- admin (23 June 2015). "Inflight Entertainment".
- Ranter, Harro. "ASN Aircraft accident 14-MAR-1949 de Havilland DH.104 Dove 1 XY-ABO". aviation-safety.net. Retrieved 2017-08-13.
- KYAW HSU MON (September 13, 2013). "Burma's First Hijacking—Soon on Film". The Irrawaddy. Retrieved 27 June 2014.
- Jonah Fisher (27 June 2014). "The man who carried out one of the world's earliest hijackings". BBC News, Myanmar. Retrieved 27 June 2014.
- Accident description for XY-ACQ at the Aviation Safety Network. Retrieved on 16 June 2017.
- Accident description for XY-ADC at the Aviation Safety Network. Retrieved on 16 June 2017.
- Accident description for XY-ACS at the Aviation Safety Network. Retrieved on 16 June 2017.
- "XY-ACR Accident Description". Aviation Safety Network. Retrieved 14 February 2011.
- "XY-ACM Accident description". Aviation Safety Network. Retrieved 7 September 2010.
- "Accident description". Aviation Safety Network. Retrieved 8 October 2009.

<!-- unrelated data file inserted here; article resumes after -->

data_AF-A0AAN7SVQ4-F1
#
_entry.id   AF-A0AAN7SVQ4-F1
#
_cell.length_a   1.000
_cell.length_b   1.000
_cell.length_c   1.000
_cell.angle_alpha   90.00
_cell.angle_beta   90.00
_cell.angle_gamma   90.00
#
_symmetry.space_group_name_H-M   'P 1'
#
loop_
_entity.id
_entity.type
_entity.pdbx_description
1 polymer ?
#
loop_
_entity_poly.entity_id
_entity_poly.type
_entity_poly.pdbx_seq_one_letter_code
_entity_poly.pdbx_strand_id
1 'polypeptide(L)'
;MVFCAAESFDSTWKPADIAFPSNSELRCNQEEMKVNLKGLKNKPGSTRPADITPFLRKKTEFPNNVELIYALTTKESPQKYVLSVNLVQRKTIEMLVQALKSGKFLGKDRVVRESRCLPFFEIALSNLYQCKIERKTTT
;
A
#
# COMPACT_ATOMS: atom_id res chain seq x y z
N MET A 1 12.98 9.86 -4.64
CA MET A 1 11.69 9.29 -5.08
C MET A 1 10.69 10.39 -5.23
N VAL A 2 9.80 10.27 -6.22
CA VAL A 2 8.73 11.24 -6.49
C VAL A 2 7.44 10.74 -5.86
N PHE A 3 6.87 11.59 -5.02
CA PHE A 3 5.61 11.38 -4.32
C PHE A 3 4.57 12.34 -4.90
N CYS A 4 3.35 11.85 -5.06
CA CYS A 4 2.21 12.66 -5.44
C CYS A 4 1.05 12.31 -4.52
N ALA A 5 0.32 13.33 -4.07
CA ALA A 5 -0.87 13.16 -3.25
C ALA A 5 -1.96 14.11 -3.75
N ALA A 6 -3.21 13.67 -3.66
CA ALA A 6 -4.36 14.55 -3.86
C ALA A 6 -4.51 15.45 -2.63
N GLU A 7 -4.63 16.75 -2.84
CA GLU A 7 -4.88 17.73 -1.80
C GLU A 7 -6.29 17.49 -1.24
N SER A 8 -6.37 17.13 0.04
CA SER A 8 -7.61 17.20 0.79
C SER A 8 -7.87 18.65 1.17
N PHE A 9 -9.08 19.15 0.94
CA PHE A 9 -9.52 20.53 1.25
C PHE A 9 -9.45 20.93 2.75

- "JACDEC´s AIRLINER SAFETY STATISTICS: AIRLINES". JACDEC. Retrieved 11 November 2010.
- "TRAVEL REPORT: Burma (Myanmar)". Foreign Affairs and International Trade Canada. Retrieved 11 November 2010.
- Accident description for XY-AEH at the Aviation Safety Network. Retrieved on 16 June 2017.
- "Accident description". Aviation Safety Network. Retrieved 13 March 2016.
- "XY-ADP Accident description". Aviation Safety Network. Retrieved 13 March 2016.
- "5820 Accident description". Aviation Safety Network. Retrieved 7 June 2017.
- "XY-AEL Accident description". Aviation Safety Network. Retrieved 13 March 2016.
- "CRASH OF AIRLINER IN BURMA KILLS 49, 14 FROM U.S". New York Times. 12 October 1987. Retrieved 13 March 2016.
- "MYANMAR GOVERNMENT REPORTS CRASH OF PASSENGER PLANE IN LAOS". AFP. 27 August 1998. Retrieved 10 November 2010.
- "06. June 2009 Myanma Airways Fokker 28-4000 XY-ADW Sittwe Airport, Myanmar (Burma)" (PDF). Jacdec. Retrieved 17 May 2013.